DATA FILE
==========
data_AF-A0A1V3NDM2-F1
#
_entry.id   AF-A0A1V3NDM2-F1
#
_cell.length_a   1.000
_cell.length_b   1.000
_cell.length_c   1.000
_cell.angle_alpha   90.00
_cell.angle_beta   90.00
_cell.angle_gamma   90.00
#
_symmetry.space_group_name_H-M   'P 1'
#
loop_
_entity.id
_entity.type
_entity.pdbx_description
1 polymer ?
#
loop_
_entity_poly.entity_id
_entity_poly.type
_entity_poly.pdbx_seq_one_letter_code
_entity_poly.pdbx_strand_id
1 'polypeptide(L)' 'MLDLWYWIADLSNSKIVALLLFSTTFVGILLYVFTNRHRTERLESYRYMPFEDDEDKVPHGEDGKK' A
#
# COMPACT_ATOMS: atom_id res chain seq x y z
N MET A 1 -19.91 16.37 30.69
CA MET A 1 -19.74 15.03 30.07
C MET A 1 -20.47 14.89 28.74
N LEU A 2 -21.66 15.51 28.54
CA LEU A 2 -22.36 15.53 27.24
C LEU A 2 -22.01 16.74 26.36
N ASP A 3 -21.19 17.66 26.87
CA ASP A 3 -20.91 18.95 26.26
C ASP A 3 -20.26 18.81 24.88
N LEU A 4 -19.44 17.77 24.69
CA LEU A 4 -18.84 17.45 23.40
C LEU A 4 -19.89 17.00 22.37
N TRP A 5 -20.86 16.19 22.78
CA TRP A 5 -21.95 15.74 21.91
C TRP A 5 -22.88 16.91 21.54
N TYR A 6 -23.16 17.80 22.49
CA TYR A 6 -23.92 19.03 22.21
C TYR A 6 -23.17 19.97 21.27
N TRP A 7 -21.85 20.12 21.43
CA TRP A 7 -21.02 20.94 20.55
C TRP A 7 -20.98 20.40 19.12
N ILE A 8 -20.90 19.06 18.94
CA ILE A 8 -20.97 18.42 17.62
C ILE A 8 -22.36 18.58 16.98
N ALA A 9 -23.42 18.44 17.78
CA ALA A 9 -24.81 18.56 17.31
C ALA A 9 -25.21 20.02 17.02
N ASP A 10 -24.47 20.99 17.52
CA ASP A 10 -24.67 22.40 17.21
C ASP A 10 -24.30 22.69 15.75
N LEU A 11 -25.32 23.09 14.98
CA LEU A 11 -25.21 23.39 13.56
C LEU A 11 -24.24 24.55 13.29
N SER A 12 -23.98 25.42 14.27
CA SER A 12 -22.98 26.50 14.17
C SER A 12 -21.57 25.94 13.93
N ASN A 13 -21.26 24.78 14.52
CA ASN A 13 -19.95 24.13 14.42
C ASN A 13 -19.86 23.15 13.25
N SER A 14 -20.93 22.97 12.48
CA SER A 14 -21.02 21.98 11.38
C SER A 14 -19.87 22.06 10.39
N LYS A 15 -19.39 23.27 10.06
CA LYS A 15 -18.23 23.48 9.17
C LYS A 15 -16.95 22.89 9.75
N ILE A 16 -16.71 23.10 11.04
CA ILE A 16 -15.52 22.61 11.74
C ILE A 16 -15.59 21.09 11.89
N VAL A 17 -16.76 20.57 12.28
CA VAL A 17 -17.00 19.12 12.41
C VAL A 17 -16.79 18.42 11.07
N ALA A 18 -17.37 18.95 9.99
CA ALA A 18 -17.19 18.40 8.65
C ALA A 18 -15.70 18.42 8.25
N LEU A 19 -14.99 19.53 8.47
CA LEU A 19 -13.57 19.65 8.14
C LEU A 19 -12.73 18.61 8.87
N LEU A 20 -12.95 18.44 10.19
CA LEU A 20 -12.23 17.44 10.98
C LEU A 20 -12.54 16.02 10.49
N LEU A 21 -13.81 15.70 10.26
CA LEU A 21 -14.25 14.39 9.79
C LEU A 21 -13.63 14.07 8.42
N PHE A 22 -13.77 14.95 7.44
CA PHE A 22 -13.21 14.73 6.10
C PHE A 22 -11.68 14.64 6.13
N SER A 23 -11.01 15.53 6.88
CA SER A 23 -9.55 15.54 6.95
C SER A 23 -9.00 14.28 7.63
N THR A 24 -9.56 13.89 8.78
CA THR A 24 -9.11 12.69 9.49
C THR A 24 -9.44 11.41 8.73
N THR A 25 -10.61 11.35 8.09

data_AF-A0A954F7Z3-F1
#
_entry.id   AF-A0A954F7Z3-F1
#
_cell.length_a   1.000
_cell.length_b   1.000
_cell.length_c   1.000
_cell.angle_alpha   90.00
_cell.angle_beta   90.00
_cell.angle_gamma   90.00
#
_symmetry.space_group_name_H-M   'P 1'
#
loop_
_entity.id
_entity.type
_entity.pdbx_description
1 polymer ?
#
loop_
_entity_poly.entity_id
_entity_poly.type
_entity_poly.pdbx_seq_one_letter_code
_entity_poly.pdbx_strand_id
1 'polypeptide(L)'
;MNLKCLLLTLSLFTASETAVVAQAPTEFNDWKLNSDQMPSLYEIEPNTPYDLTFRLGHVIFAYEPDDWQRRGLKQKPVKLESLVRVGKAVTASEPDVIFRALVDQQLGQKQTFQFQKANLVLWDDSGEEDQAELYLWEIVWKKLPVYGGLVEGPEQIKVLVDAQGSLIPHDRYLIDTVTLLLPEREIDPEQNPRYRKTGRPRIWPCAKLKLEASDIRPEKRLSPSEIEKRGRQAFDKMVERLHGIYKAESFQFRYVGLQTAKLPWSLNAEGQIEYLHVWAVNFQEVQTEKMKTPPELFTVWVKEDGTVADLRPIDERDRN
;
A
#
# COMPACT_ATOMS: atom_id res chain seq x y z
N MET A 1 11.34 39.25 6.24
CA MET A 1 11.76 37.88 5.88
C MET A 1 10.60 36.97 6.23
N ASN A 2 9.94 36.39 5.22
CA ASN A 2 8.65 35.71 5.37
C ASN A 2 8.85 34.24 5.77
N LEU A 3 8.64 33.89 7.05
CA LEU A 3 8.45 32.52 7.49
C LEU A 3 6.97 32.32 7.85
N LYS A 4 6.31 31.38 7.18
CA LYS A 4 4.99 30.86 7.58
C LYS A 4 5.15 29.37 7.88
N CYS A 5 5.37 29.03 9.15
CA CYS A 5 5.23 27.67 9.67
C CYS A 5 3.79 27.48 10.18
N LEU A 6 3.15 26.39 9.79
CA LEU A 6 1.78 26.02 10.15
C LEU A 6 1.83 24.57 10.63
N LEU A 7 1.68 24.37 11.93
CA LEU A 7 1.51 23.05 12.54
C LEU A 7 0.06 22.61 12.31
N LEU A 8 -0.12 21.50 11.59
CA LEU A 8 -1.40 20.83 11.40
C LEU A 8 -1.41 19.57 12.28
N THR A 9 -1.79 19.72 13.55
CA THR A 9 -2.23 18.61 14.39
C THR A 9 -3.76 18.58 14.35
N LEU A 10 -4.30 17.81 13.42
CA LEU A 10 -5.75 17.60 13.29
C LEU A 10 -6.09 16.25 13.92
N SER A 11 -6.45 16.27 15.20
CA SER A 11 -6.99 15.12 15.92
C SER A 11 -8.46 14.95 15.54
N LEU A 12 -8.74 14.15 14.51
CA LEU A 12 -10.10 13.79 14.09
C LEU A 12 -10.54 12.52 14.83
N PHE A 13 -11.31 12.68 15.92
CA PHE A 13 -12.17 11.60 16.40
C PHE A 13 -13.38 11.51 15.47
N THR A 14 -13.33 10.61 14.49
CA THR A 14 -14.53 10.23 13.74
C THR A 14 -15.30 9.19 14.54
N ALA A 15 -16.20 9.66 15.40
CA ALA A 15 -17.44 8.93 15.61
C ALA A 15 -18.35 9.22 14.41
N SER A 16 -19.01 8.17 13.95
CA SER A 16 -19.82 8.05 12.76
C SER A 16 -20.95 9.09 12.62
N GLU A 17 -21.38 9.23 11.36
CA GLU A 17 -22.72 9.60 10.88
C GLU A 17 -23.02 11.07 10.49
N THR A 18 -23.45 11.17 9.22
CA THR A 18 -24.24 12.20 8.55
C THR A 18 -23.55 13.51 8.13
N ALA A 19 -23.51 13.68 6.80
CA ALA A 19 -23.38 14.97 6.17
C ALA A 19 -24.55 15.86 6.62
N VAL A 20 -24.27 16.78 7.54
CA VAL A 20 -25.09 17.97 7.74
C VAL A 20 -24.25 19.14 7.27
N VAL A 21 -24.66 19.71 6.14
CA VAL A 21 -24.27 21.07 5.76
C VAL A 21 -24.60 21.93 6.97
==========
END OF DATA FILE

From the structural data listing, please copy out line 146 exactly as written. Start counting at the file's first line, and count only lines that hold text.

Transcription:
N LEU A 6 3.15 26.39 9.79